The development of EDI in SD-OCT enabled clear visualization of prelaminar and laminar tissues and accelerated investigation of the relationships between these structures and glaucoma.14,15,16,17,19 Park et al.16 pointed out a limitation; with EDI OCT, the deeper portion and posterior border of the LC lack the clarity required for precise characterization of the structure. Recently, high-penetration OCT, also known as swept-source-OCT, which uses a center wavelength of approximately 1,050 nm instead of 840 nm (the wavelength used by current SD-OCT instruments), allows the imaging of deeper ocular layers, including the choroid and LC. It has been promised to enable more accurate characterization of the LC.20,21 In our study, patients whose posterior LC margins were not visualized clearly were excluded from the study. In the studies done using EDI, PTT was shown to decrease with the elevation of IOP and increased again following treatment.12,13,22,23,24 In addition, Jung et al.13 reported that prelaminar tissue is thinner in primary open angle glaucoma (POAG) patients compared to normotensive glaucoma patients (NTG). Chung et al.25 found PTT and LT low in progressing glaucoma patients compared to glaucoma patients who do not show progression. In the study of Chung et al.25, PTT and LT were found to be related to glaucoma progression; however, only LT was seen to be related to glaucoma progression in multivariate analysis.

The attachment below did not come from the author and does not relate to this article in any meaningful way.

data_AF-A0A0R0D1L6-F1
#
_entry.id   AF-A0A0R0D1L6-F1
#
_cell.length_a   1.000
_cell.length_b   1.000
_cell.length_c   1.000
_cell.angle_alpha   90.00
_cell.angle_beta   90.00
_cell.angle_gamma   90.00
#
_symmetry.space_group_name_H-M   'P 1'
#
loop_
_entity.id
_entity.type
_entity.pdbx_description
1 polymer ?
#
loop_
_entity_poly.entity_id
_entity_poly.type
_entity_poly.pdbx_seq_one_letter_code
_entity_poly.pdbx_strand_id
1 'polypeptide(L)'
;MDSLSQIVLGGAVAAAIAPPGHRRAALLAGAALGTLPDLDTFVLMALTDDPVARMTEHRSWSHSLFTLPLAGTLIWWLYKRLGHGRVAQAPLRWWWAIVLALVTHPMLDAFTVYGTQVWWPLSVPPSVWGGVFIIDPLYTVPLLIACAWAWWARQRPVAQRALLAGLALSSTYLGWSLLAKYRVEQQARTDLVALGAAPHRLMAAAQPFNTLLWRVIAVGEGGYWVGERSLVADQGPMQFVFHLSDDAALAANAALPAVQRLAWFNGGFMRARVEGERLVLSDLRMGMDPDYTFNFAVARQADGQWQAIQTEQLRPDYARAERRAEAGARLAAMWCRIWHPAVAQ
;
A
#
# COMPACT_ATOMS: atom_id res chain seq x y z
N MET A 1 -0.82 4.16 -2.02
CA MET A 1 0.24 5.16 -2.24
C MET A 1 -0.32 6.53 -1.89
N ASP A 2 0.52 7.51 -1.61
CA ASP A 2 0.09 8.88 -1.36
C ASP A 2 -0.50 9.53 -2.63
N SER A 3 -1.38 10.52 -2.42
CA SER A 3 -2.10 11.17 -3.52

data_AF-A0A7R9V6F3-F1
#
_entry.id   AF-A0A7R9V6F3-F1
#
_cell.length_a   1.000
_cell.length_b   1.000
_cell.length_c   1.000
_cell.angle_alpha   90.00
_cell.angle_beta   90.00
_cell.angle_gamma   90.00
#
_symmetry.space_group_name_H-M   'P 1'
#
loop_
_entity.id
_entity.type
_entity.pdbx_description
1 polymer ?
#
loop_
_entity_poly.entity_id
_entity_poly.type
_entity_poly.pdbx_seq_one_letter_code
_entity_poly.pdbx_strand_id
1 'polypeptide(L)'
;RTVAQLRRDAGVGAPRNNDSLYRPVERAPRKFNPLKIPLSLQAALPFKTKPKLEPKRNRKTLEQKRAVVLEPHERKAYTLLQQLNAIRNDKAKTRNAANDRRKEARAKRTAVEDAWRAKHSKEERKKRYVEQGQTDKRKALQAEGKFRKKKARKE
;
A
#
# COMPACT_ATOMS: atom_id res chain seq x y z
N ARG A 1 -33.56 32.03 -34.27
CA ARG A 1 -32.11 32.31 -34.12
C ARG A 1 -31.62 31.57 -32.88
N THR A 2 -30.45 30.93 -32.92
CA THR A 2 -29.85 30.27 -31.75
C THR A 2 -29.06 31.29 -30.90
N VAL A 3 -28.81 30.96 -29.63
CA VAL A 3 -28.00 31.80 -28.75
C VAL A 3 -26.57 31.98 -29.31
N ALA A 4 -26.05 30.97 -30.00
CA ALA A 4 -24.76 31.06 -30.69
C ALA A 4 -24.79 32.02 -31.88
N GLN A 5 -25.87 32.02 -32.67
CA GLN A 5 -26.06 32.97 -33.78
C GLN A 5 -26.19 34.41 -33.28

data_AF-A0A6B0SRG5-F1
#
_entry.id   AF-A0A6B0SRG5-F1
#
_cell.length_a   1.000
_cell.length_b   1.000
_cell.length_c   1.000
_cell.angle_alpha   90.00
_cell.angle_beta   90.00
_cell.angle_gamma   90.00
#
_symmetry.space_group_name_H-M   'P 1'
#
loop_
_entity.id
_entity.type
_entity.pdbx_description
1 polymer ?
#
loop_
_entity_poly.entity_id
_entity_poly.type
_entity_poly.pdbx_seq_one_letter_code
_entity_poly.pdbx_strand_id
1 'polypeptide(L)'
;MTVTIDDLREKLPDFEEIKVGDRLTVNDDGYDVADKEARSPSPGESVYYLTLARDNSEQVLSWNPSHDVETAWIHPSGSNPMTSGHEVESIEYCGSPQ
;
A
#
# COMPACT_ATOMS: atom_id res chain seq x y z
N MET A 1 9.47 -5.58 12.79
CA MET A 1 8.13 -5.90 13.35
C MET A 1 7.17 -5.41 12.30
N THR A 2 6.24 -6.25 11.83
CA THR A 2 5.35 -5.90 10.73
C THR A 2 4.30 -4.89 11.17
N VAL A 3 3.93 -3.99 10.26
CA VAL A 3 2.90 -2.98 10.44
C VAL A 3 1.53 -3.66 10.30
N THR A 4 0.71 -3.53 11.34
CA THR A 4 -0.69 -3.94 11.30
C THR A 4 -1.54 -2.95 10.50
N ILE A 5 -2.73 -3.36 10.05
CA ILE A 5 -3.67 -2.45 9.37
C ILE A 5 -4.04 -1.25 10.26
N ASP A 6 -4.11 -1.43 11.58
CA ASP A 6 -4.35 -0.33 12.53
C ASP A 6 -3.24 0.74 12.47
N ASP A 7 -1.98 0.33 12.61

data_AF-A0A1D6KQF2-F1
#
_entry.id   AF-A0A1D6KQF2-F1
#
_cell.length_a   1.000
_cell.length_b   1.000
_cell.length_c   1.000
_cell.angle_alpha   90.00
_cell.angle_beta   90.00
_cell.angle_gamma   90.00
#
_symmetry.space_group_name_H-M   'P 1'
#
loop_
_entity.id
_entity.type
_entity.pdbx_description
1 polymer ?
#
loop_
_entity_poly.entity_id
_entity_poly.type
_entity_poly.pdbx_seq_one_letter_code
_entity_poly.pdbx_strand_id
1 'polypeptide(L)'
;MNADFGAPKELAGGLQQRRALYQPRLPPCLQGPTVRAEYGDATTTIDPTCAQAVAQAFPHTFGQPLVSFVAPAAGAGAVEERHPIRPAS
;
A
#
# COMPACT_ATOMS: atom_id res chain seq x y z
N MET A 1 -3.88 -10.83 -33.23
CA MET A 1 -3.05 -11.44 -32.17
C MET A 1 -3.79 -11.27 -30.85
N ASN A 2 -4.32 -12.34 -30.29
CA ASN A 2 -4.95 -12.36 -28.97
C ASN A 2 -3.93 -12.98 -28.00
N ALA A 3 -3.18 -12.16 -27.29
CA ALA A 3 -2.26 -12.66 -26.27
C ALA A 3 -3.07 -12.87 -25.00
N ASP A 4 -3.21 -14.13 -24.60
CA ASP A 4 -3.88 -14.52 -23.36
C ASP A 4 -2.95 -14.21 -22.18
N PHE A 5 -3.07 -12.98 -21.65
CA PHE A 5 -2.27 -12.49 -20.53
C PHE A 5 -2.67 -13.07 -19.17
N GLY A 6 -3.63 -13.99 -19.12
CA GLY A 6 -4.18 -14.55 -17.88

To the best of our knowledge, this is the first study to investigate the relationship between PTT and PXG. In our study, PTT was significantly thinner in PXG patients whose IOP was within normal ranges with medical therapy compared to the control group. However, there was no significant difference between stages in the PXG group. In addition, PTT was poorly correlated with vertical cup/disc ratio and a correlation was not found with RNFLav. The standard deviation of PTT is high, which indicates that PTT values are distributed over a wide range in this patient group. The PTT values are also widely distributed in the population and are not homogeneously distributed. Therefore, there is no need to evaluate PTT in follow-up. The results of our study showed that a thinner PTT was correlated with the presence of PXG but not with the severity of glaucoma.